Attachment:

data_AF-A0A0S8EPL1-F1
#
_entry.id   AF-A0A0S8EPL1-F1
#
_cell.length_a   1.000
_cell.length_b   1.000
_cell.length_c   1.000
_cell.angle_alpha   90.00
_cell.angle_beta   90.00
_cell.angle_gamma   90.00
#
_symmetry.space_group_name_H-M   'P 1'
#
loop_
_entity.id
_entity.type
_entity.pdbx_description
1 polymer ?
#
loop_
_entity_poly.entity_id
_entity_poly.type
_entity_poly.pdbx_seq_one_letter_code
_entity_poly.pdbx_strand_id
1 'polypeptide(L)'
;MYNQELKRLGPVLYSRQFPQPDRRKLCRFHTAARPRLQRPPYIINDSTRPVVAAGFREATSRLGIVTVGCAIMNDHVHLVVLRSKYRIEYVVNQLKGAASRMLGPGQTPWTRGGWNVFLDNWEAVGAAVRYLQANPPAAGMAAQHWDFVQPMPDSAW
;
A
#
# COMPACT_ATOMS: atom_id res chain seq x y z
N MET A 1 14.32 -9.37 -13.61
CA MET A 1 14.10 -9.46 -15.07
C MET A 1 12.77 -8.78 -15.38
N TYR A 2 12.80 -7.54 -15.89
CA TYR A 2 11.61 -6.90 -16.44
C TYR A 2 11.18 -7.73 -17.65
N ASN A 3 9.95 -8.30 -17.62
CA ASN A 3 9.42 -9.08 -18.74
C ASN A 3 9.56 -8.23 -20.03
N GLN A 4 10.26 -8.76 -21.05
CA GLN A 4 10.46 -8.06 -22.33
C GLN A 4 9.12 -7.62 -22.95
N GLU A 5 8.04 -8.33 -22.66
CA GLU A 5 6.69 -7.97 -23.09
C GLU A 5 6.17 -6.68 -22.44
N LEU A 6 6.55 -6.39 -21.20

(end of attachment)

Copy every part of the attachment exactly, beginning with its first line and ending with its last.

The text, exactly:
data_AF-A0A0S8EPL1-F1
#
_entry.id   AF-A0A0S8EPL1-F1
#
_cell.length_a   1.000
_cell.length_b   1.000
_cell.length_c   1.000
_cell.angle_alpha   90.00
_cell.angle_beta   90.00
_cell.angle_gamma   90.00
#
_symmetry.space_group_name_H-M   'P 1'
#
loop_
_entity.id
_entity.type
_entity.pdbx_description
1 polymer ?
#
loop_
_entity_poly.entity_id
_entity_poly.type
_entity_poly.pdbx_seq_one_letter_code
_entity_poly.pdbx_strand_id
1 'polypeptide(L)'
;MYNQELKRLGPVLYSRQFPQPDRRKLCRFHTAARPRLQRPPYIINDSTRPVVAAGFREATSRLGIVTVGCAIMNDHVHLVVLRSKYRIEYVVNQLKGAASRMLGPGQTPWTRGGWNVFLDNWEAVGAAVRYLQANPPAAGMAAQHWDFVQPMPDSAW
;
A
#
# COMPACT_ATOMS: atom_id res chain seq x y z
N MET A 1 14.32 -9.37 -13.61
CA MET A 1 14.10 -9.46 -15.07
C MET A 1 12.77 -8.78 -15.38
N TYR A 2 12.80 -7.54 -15.89
CA TYR A 2 11.61 -6.90 -16.44
C TYR A 2 11.18 -7.73 -17.65
N ASN A 3 9.95 -8.30 -17.62
CA ASN A 3 9.42 -9.08 -18.74
C ASN A 3 9.56 -8.23 -20.03
N GLN A 4 10.26 -8.76 -21.05
CA GLN A 4 10.46 -8.06 -22.33
C GLN A 4 9.12 -7.62 -22.95
N GLU A 5 8.04 -8.33 -22.66
CA GLU A 5 6.69 -7.97 -23.09
C GLU A 5 6.17 -6.68 -22.44
N LEU A 6 6.55 -6.39 -21.20